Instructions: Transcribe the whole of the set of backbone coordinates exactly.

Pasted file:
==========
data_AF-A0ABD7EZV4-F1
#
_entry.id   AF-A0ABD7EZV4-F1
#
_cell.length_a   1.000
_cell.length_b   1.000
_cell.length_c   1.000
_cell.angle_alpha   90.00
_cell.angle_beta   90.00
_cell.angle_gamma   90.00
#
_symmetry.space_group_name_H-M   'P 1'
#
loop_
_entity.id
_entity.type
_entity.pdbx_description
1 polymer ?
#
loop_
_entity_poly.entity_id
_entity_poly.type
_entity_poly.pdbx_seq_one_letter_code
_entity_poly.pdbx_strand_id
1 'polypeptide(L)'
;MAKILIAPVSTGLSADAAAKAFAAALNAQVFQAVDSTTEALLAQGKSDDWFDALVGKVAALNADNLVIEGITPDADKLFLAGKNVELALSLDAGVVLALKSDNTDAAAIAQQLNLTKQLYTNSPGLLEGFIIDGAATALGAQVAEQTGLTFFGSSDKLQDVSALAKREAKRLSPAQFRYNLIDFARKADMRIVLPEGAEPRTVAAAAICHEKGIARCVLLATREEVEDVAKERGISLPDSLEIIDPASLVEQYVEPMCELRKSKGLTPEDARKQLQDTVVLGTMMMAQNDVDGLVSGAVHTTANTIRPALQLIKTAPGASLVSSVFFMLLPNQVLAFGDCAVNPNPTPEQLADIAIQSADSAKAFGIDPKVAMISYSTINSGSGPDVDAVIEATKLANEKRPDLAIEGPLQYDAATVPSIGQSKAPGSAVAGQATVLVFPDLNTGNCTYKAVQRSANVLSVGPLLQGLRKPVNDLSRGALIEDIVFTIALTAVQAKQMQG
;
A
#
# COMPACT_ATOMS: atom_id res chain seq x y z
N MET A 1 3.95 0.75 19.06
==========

data_AF-A0ABD7EZV4-F1
#
_entry.id   AF-A0ABD7EZV4-F1
#
_cell.length_a   1.000
_cell.length_b   1.000
_cell.length_c   1.000
_cell.angle_alpha   90.00
_cell.angle_beta   90.00
_cell.angle_gamma   90.00
#
_symmetry.space_group_name_H-M   'P 1'
#
loop_
_entity.id
_entity.type
_entity.pdbx_description
1 polymer ?
#
loop_
_entity_poly.entity_id
_entity_poly.type
_entity_poly.pdbx_seq_one_letter_code
_entity_poly.pdbx_strand_id
1 'polypeptide(L)'
;MAKILIAPVSTGLSADAAAKAFAAALNAQVFQAVDSTTEALLAQGKSDDWFDALVGKVAALNADNLVIEGITPDADKLFLAGKNVELALSLDAGVVLALKSDNTDAAAIAQQLNLTKQLYTNSPGLLEGFIIDGAATALGAQVAEQTGLTFFGSSDKLQDVSALAKREAKRLSPAQFRYNLIDFARKADMRIVLPEGAEPRTVAAAAICHEKGIARCVLLATREEVEDVAKERGISLPDSLEIIDPASLVEQYVEPMCELRKSKGLTPEDARKQLQDTVVLGTMMMAQNDVDGLVSGAVHTTANTIRPALQLIKTAPGASLVSSVFFMLLPNQVLAFGDCAVNPNPTPEQLADIAIQSADSAKAFGIDPKVAMISYSTINSGSGPDVDAVIEATKLANEKRPDLAIEGPLQYDAATVPSIGQSKAPGSAVAGQATVLVFPDLNTGNCTYKAVQRSANVLSVGPLLQGLRKPVNDLSRGALIEDIVFTIALTAVQAKQMQG
;
A
#
# COMPACT_ATOMS: atom_id res chain seq x y z
N MET A 1 3.95 0.75 19.06